Dormzilla. A ship on land. An experiment. These are some of the labels being levied on Munger Hall, a planned dormitory at the University of California, Santa Barbara.
The massive 11-story, 1.68 million-square-foot building, which billionaire investor Charlie Munger has pledged $200 million toward, would house more than 4,500 students in a structure with few windows and two entrances.
As a vice chairman at Berkshire Hathaway, Munger is well-respected for his business acumen.
But he’s getting some pushback on his prowess as an amateur architect. Munger is not an architect himself, but he worked with architects on the UCSB project, he told The New York Times.
Los Angeles architect Dennis McFadden, a consultant to the university for 15 years, resigned on Oct. 5 over the project, calling the building “destructive” and “unsupportable from my perspective as an architect, a parent and a human being,” in a letter to the university’s design review committee.
McFadden’s resignation and letter were also covered by the Santa Barbara Independent.
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Students would live in 8-person living units that “are sealed environments with no exterior windows in the shared space or in 94% of the bedrooms,” McFadden wrote. “The spaces are wholly dependent on artificial light and mechanical ventilation.”
The $1.5 billion project “is a social and psychological experiment with an unknown impact on the lives and personal development of” students, he said in the letter.
Describing the planned building as a “deathtrap,” news site Gizmodo imagined students living “like rats. It’s unclear how accessible any emergency exits are or how robust the ventilation system is.”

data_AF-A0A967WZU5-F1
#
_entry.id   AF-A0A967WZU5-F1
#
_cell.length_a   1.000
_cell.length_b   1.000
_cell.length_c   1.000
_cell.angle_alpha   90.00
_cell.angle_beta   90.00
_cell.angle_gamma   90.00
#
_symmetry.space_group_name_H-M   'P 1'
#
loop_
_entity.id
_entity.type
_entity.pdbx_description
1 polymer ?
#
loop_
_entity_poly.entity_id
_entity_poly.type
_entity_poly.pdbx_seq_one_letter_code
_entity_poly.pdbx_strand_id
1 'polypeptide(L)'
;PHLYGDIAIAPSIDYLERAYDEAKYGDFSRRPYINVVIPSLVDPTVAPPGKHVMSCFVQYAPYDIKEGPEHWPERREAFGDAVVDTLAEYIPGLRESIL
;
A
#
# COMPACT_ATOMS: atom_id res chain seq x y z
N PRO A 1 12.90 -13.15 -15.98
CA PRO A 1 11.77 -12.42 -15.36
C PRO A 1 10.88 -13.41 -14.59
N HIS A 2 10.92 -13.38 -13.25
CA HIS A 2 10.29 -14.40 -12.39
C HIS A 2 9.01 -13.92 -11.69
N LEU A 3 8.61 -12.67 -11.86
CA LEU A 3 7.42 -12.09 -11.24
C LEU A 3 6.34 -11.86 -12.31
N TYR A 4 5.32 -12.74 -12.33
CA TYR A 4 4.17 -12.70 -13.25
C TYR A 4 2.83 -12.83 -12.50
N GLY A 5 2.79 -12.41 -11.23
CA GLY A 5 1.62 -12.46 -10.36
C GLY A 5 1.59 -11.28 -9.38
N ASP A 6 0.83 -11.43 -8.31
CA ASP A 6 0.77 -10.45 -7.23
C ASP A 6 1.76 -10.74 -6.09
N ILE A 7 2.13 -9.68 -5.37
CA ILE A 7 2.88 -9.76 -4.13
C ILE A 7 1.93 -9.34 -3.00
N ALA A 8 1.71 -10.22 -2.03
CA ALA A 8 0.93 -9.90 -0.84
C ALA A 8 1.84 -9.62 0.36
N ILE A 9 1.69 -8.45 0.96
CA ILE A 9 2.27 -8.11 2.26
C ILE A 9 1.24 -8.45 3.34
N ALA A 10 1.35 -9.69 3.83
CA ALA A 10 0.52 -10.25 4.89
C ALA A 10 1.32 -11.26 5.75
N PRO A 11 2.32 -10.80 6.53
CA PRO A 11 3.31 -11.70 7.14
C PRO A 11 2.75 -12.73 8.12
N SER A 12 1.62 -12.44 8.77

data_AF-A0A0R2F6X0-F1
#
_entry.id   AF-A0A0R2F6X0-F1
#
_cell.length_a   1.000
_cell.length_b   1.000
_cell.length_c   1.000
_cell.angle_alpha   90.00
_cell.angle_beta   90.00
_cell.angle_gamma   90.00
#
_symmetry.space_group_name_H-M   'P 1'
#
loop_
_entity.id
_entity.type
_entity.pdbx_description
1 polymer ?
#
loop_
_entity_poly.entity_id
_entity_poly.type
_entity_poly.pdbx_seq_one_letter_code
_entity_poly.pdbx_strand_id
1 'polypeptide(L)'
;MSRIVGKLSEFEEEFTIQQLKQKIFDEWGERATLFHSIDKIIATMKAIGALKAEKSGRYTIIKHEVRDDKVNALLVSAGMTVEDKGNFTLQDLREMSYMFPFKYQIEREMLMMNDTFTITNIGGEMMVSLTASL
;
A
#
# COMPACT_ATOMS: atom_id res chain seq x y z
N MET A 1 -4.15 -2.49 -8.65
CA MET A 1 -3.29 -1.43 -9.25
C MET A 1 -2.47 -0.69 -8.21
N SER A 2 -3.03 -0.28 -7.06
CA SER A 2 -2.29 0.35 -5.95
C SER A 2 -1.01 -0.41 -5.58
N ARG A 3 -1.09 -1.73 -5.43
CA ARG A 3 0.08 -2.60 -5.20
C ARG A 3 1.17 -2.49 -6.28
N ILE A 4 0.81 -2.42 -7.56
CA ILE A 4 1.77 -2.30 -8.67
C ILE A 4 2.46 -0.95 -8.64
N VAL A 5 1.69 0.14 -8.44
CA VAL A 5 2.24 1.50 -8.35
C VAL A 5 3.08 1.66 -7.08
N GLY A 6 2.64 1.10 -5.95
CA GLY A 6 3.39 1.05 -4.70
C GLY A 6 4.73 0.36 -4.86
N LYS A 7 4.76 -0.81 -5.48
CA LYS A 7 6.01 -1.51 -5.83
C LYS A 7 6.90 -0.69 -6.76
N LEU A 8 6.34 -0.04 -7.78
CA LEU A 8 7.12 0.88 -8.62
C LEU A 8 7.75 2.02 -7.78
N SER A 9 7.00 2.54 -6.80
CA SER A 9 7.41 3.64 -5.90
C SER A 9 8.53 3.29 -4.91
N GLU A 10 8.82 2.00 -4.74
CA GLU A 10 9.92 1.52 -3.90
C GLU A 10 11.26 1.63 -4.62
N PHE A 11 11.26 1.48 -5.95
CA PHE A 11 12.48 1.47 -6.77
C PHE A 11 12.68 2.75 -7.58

Munger compares the dormitory design to that of cruise ships, “our version of ship architecture on land,” with efficient use of space and all needed amenities, according to a project update on the university’s website.
The building’s first floor will have classrooms and a lobby entrance. Also included: a fitness center, cafe, market, music practice space and lecture hall. The top floor will have a courtyard with a translucent roof.
Most bedrooms lacked windows in another dormitory Munger supported with a $110 million donation to the University of Michigan. Students would rather have single rooms than bedroom windows, Munger told The Wall Street Journal two years ago.
“I’m not a bit surprised that someone looked at it and said, ‘What the hell is going on here?’” Munger told The New York Times on Friday. “What’s going on here is that it’s going to work better than any other practical alternative.”
Bedrooms will have “virtual windows that simulate daylight,” said Navy Banvard, the architect on the project, said during the Oct. 5 meeting, reported the Daily Nexus, the university’s newspaper.
The Munger Hall project, expected to be complete in 2025, will move forward, UCSB spokesperson Andrea Estrada told the Santa Barbara Independent, which has referred to the building as “mega-dorm” and “dormzilla.”
“We are delighted to be moving forward with this transformational project,” Estrada said in the statement.
McFadden has not been alone in his opposition to the project, despite the university’s need for more student housing. There has been additional opposition voiced about the Munger Hall project, according to a transcript of a July 2021 public hearing. One parent described the building as a warehouse for students.
“I am against this project due to its height and also the fact there are no windows to allow fresh air in for students,” said UCSB student Michael McConnell. “Young people do not alway smell good. Fresh air is UNBELIEVABLY important for college students.”
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